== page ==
Hummingbird Day celebrates the World’s smallest winged treasure. This holiday totes the grandeur of the petite birds when they begin their migratory descent and fly for more than 500 miles from portions of the southern United States through Mexico and even on into Central America.
As September marks the hummingbird's southward migration, they begin their migration northward in late January through March where these winged jewels are first spotted along the Gulf Coast. Hummingbirds are the only species of bird able to fly in multiple directions, which cultivates great flight precision. These birds adopted their namesake from the reverberation of their wings, which flap upwards of 80 times per second.
Honor the beauty and majesty of hummingbirds by celebrating Hummingbird Day in one of these three artful ways
1. Hang a hummingbird feeder in your backyard - preferably in a shady spot
You can either purchase hummingbird food or make your own. If you make your own, leave out the artificial sweetener and avoid food coloring.
Follow these simple instructions to make your own hummingbird food:
Stir 4 parts water and 1 part sugar in a saucepan.
Bring the mixture to a boil for 1 to 2 minutes.
Cool completely before pouring into the feeder.
To clean the feeder, bring to a boil 4 parts water and 1 part white vinegar. Then, rinse the feeder thoroughly with this solution and allow it to dry before refilling.
2. Create a hummingbird garden on Hummingbird Day by incorporating various native plants that bloom across multiple seasons, selecting plants with showy orange and red tubular blossoms.
Four of the most commonly preferred plants are:
Beebalm (Monarda) - native to the northeastern United States.
Cardinal Flower (Lobelia cardinalis) - native to southeast Canada and east to the southwest U.S.
Coral Honeysuckle (Lonicera sempervirens) - native to the eastern U.S.
Trumpet Creeper (Campsis radicans) - native to the eastern U.S. and is naturalized in the west.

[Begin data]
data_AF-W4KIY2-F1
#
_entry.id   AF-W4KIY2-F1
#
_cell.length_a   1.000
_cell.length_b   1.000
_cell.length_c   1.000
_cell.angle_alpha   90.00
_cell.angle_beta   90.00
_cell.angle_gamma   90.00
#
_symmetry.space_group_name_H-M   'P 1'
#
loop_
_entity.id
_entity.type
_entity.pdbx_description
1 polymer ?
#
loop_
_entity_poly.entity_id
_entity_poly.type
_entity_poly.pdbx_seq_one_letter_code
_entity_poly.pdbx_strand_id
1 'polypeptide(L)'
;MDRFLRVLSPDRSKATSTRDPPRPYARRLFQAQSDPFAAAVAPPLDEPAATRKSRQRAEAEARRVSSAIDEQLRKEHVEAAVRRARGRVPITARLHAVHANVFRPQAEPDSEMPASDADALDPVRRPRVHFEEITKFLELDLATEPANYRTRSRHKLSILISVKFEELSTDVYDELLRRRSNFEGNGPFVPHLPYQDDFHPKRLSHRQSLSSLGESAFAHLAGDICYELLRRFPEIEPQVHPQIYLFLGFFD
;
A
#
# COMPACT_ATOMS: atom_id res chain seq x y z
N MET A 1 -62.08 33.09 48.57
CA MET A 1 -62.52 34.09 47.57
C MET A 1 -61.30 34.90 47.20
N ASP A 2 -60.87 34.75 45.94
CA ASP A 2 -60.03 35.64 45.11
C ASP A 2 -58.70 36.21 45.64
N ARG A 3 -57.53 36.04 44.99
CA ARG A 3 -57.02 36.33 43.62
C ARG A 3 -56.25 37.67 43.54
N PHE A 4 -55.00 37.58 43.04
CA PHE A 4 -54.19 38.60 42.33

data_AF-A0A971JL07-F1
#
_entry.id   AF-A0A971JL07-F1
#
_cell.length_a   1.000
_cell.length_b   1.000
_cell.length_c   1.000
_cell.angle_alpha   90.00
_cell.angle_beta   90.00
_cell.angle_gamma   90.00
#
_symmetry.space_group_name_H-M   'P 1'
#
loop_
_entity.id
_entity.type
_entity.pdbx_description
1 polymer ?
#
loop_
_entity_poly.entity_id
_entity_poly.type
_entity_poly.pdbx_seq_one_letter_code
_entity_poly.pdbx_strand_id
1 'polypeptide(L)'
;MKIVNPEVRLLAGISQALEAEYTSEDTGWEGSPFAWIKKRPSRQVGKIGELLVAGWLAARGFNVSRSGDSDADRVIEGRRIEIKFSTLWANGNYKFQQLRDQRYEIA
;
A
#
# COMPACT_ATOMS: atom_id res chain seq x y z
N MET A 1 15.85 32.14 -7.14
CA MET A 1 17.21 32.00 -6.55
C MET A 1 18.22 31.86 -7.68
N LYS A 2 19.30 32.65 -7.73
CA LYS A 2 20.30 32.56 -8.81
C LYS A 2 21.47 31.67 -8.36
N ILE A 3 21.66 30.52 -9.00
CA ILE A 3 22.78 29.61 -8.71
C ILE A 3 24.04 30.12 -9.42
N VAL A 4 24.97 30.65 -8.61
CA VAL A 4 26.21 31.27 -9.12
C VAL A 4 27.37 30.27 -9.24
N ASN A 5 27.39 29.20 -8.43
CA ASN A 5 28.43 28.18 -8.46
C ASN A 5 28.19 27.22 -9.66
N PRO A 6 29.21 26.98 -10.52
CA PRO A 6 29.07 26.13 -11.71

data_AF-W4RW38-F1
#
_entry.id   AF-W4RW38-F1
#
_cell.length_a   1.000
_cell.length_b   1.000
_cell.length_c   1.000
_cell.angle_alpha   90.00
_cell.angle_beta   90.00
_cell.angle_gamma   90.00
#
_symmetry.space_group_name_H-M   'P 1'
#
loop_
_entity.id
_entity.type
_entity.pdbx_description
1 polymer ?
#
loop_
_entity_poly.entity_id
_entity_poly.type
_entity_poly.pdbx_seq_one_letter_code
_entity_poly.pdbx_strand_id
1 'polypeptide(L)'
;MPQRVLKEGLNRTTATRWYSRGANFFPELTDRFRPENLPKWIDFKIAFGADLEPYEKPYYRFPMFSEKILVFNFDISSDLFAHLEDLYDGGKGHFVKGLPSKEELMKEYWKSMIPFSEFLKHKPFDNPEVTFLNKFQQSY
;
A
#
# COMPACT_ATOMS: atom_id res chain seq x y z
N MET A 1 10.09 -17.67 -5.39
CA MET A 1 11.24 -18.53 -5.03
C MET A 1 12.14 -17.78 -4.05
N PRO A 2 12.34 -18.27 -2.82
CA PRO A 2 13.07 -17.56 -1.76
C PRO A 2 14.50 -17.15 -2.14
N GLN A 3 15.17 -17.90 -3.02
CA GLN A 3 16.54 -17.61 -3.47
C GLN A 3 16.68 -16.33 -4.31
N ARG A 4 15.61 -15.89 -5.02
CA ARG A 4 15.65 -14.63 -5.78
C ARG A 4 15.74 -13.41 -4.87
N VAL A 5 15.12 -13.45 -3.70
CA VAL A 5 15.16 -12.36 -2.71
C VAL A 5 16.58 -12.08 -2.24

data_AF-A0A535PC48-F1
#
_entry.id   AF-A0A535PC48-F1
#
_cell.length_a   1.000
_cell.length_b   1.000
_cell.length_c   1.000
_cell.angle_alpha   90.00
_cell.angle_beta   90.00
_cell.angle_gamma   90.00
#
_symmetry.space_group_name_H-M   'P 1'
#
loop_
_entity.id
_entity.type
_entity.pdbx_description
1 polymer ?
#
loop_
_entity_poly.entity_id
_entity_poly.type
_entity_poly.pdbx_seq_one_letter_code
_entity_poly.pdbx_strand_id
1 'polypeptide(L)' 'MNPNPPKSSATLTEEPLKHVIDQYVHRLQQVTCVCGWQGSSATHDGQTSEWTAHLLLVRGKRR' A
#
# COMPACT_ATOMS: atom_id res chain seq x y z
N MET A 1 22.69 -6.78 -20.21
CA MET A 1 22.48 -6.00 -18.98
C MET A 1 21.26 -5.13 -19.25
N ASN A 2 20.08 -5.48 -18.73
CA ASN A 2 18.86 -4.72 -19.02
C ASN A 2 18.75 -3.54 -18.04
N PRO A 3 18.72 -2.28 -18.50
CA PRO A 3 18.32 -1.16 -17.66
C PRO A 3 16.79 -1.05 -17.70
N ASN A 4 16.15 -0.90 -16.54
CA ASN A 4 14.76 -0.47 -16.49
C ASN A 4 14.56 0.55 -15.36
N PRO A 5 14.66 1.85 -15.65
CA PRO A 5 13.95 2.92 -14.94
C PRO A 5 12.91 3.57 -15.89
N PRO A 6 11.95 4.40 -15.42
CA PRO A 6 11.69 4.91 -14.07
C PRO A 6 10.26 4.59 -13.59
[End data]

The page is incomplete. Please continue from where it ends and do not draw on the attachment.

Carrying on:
3. Bake a hummingbird cake and serve it among family, friends - or both
Hummingbird cake, which originated from Jamaica, is a tropical treat and Southern tradition. Whether you prefer to bake a hummingbird cake from the original recipe or from a modern version, you will certainly enjoy this fruit and nut combination on Hummingbird Day.
Southern Living - original recipe submitted in 1978 by Mrs. L.H. Wiggins, containing vegetable oil and shortening.
Food Network - modern recipe inspired by Paula Deen, containing buttermilk and additional banana and egg.
Baker’s tips for the hummingbird cake: (1) Heat the bananas in the oven with peelings intact at 350 degrees for 10 minutes, till they darken. Let them cool to the touch, remove peelings, and stir into the cake batter. (2) Toast pecans in either the oven or on the stove with a little butter, sugar, and cinnamon, to add as a cake topping.
How Hummingbird Day Unites People
Hummingbird Day unites families and friends to adore Mother’s Nature’s tiniest, unique bird. Spend time outdoors witnessing the wonder of the hummingbird or enjoying a delectable treat in its honor.
To enjoy a personal view of a hummingbird in slow motion, watch this video courtesy of National Geographic.